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Jul 12 2011

On being offended

I often comment that religious people don’t have the right to never be offended when someone questions their beliefs. Their ideas – theistic, supernatural, cultural, or otherwise – are still ideas. This is because I strongly support the concept of a marketplace of ideas – that “the truth or the best policy arises out of the competition of widely various ideas in free, transparent public discourse.” A religious idea must defend it’s worth just as a political idea would, and offense is sometimes an unavoidable side effect of this discussion.
After the many, many feminism or diversity related internet kerfuffles, I usually get at least a couple comments along the lines of “Why is it okay to offend religious people but not women/blacks/homosexuals?! Hypocrite!”

Let me try my best to explain.

Like I said, religion is an idea. Gender, race, and sexual orientation are not. They are (for the most part) immutable biological traits that a person has very little choice in. There are certainly bad ideas out there, whether they’re wrong for factual, logical or ethical reasons. I have no obligation to completely avoid offending you when all I’m saying is “I disagree.” But there is no inherent “wrongness” or inferiority in being a woman, or a racial minority, or gay. To suggest such a thing while lacking any logic or rationale is exactly what causes sexism, racism, and homophobia.

It’s one thing to demand intellectual honesty of intangible ideas. Blasphemy is a victimless crime, after all. Offense aimed at intrinsic human properties is hardly victimless.

Temporarily ignoring concepts of privilege or -isms, a lot of these kerfuffles boil down to people lacking common human decency. While I don’t think religious people have the right to avoid all offense, I do think we should try to minimize the amount of offense we cause. Now, that’s not the same as saying “Don’t be a dick” ala Phil Plait. I think dickishness definitely has it’s place and can be an effective way of getting a message across in certain situations. But we have to ask ourselves “Can I accomplish the same goal while being a little less of an asshole?”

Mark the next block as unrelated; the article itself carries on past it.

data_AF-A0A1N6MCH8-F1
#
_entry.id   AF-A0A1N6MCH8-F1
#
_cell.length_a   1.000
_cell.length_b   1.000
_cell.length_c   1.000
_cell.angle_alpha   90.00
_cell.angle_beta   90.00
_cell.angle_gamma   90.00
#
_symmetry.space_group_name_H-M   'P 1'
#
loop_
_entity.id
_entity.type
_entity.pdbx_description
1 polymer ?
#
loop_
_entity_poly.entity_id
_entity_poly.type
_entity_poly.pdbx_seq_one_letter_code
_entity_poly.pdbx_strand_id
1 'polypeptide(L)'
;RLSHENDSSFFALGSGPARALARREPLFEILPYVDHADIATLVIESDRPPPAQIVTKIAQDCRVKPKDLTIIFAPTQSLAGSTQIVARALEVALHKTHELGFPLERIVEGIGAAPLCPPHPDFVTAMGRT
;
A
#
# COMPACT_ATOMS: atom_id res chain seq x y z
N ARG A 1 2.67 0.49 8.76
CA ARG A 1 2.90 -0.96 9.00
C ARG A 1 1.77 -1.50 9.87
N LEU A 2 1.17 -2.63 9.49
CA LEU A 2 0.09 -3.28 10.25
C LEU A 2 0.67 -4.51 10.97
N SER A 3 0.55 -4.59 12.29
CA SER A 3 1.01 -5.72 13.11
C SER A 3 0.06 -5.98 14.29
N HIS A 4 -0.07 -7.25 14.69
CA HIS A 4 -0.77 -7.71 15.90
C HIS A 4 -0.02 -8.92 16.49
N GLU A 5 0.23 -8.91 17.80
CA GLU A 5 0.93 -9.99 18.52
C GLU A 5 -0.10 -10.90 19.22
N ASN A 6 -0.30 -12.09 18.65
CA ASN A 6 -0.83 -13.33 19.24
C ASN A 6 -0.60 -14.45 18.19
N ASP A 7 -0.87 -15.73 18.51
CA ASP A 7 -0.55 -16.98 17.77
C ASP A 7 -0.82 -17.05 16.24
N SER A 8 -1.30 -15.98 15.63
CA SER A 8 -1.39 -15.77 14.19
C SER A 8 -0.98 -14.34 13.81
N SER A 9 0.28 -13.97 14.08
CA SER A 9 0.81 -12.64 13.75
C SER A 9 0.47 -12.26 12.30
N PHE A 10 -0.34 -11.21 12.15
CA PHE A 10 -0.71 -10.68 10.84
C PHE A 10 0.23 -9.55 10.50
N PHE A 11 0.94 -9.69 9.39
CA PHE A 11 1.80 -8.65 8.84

If accomplishing your goal requires offense, unapologetically go right ahead. Otherwise unpopular ideas would be silenced into oblivion. Because really, you’re always going to offend someone. Atheists can’t even say we exist or that we’re good people without pissing people off!

But when you’re needlessly enraging people with no goal in mind, that’s not equivalent to being edgy or snarky or a firebrand. That’s being a fucking asshole. Or if you’re doing it because it gets your rocks off – a troll. And if someone points out you hurt them, it’s a little troglodytish to insist that you didn’t or that you don’t care. I think a lot of this can be explained by the Greater Internet Fuckwad Theory, but it’s still disappointing.

I could go on about this all day – but I’ve given a whole talk on the topic, so watch it if you want more details and examples about minimizing offense.

Practically speaking as someone within the atheist community, it’s even more important that we try to tone down offense when it comes to minority groups. Diversity matters. It’s not just unrealistic to tell minority groups to suck it up and be stronger – it lacks compassion. We’re not saying they’re inferior or need coddling, but that if you put up with this shit constantly, why would you voluntarily join a group that adds to your frustrations? It’s precisely the reason why one of my rules of comment moderation is that I’ll ban people who use hateful speech. I could tell other commentors to suck it up, or I could make a safe environment where people feel comfortable contributing.

Even if I think you should do it out of the goodness of your heart, Greta Christina often suggests a purely Machiavellian reason for such a tactic. That making more people feel welcome in this movement will only help us grow even larger and more powerful. So if we want to succeed in our goals of promoting rationalism and humanism, we first need to make sure we can get as many allies as possible.

We simply can’t afford to make the same mistakes of every other progressive movement before us.

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